By Kevin DowneyFebruary 25, 2008
TRIPLER ARMY MEDICAL CENTER, Hawaii - En route to his own recognition ceremony for helping save lives, an alert pediatric healthcare specialist and two of his colleagues are credited with saving a man's life by intervening during the initial stages of a heart attack Jan. 25.
The fast action of Spc. Warren Frazier, Renee Araujo and Sheila Robinson-Bird is a big reason Navy veteran Calvin Cavaness is still alive, according to the on-call emergency room physician.
"It was a great call by the three of them in a very critical situation," Dr. William Enslow said. "Had they allowed him to leave the area like he intended, he likely would not have survived."
While at the bus stop in front of the hospital's mountain-side entrance, Cavaness began quietly showing symptoms of a heart attack. He and his wife had just filled a prescription here and were heading home.
Frazier and Araujo were on their way to the hospital's Blood Donor Center awards ceremony recognizing Frazier for his dedicated blood donation to critical patients here in addition to injured servicemembers overseas supporting the global war on terror. The two noticed a red-faced Cavaness slumped over sitting on the bench.
"We thought he was tying his shoe at first, but the more we observed him, we knew something was drastically wrong," Araujo said. "Had he gotten on that bus, he would have died."
As a normal flow of people in and out of the hospital walked by, Frazier and Araujo quickly decided the man needed immediate help. Though he initially refused, a third colleague who had just arrived on-scene, Robinson-Bird, demanded he go to the emergency room.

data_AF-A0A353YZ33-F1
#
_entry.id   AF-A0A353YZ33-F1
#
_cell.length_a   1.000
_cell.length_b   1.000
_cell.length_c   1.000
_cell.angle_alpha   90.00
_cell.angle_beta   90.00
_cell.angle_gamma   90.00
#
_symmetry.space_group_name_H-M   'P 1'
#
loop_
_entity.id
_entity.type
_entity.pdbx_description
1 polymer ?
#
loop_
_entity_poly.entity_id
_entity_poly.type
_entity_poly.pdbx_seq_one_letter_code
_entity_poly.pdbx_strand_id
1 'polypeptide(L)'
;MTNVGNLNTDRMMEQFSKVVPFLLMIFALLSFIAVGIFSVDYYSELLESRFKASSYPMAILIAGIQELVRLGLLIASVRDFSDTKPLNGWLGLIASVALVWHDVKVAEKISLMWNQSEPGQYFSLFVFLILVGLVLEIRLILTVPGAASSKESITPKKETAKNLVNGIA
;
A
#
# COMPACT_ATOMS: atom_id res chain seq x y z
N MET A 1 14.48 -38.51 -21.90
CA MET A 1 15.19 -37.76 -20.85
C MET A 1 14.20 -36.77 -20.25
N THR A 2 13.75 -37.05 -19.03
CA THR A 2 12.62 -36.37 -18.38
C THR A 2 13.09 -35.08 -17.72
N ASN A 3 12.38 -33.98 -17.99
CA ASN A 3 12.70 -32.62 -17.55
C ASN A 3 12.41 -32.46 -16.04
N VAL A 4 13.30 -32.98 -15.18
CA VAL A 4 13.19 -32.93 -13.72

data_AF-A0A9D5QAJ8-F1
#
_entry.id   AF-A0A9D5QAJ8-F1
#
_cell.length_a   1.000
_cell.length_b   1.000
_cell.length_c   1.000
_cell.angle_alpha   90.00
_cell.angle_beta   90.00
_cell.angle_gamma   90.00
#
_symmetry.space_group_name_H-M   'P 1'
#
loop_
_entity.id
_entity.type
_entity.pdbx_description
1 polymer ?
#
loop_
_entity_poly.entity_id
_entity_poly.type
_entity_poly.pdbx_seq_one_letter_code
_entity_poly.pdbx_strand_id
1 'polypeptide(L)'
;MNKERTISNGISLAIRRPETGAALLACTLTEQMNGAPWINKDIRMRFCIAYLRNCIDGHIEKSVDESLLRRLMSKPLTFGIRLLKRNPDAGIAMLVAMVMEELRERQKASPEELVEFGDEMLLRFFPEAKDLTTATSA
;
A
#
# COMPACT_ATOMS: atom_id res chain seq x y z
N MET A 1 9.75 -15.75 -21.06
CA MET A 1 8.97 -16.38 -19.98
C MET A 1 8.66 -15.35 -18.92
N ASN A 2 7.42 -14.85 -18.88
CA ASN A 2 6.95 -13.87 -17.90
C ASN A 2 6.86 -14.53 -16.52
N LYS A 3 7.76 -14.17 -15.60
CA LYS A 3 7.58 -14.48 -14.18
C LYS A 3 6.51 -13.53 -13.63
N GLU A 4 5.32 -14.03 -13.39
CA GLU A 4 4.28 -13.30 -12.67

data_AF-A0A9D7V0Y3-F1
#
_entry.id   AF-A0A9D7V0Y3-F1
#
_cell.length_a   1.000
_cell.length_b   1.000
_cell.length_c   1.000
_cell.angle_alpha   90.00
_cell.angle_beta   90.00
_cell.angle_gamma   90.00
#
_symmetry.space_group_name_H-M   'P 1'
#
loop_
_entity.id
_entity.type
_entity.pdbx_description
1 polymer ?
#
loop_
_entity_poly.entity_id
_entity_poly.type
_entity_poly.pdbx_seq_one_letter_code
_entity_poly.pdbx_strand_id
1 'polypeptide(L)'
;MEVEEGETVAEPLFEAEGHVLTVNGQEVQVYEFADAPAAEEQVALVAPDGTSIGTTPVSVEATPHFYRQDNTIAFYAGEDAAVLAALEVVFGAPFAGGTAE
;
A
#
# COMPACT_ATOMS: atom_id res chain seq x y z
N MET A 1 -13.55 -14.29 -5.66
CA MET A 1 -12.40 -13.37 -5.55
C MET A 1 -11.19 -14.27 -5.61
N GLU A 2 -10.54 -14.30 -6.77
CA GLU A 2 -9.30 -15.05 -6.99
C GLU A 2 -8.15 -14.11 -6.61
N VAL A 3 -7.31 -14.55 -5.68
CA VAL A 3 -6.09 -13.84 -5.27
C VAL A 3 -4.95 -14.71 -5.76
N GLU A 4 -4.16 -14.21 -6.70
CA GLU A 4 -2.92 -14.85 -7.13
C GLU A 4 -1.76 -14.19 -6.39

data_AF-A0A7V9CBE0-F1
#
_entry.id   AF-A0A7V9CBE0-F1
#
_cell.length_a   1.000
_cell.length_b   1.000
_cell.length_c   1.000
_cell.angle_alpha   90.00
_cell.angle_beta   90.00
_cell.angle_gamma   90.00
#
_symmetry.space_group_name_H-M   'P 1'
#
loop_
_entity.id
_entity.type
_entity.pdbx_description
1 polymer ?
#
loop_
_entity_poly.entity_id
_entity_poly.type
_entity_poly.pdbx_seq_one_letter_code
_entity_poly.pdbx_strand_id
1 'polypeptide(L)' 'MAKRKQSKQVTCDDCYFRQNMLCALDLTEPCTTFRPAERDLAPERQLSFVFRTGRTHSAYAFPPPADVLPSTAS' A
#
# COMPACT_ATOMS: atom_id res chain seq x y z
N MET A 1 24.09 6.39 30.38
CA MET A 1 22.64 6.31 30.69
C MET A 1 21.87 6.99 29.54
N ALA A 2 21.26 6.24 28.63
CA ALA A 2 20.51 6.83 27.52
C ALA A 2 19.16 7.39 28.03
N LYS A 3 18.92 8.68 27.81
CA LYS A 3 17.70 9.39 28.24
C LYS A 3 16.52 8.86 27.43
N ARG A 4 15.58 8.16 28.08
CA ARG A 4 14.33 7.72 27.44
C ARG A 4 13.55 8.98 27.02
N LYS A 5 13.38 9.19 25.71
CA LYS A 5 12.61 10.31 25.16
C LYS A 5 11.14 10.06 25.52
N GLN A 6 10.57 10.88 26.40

A short time later, Cavaness' heart stopped beating while being treated by the emergency room staff, who were quickly able to revive the patient.
"This man was given another chance to live by their quick decision to help him instead of letting him get on the bus," said the trio's supervisor Barbara LeBlanc, Pediatrics Clinic Head Nurse. "I'm so proud of them."
"Their prompt intervention probably saved his life," added Col. Art Wallace, deputy commander for Nursing here.
Frazier, at a loss for words describing why he became involved initially when there were many other passers-by, said he tries to look out for people, especially children and the elderly.
"There was no other option but to intervene," he said. "We recognized he was in trouble, and had to act. I'm just happy he survived."
Cavaness is recovering in the intensive care unit, where doctors are closely monitoring his recovery. "I am so appreciative of them," Cavaness said of the three pediatric specialists in a muted tone from his bed. "They're heroes to me."
The three were formally recognized by the command for their quick, decisive action. They received the Tripler Nursing Star, which is an internal recognition program to honor healthcare specialists for going above and beyond normal duties.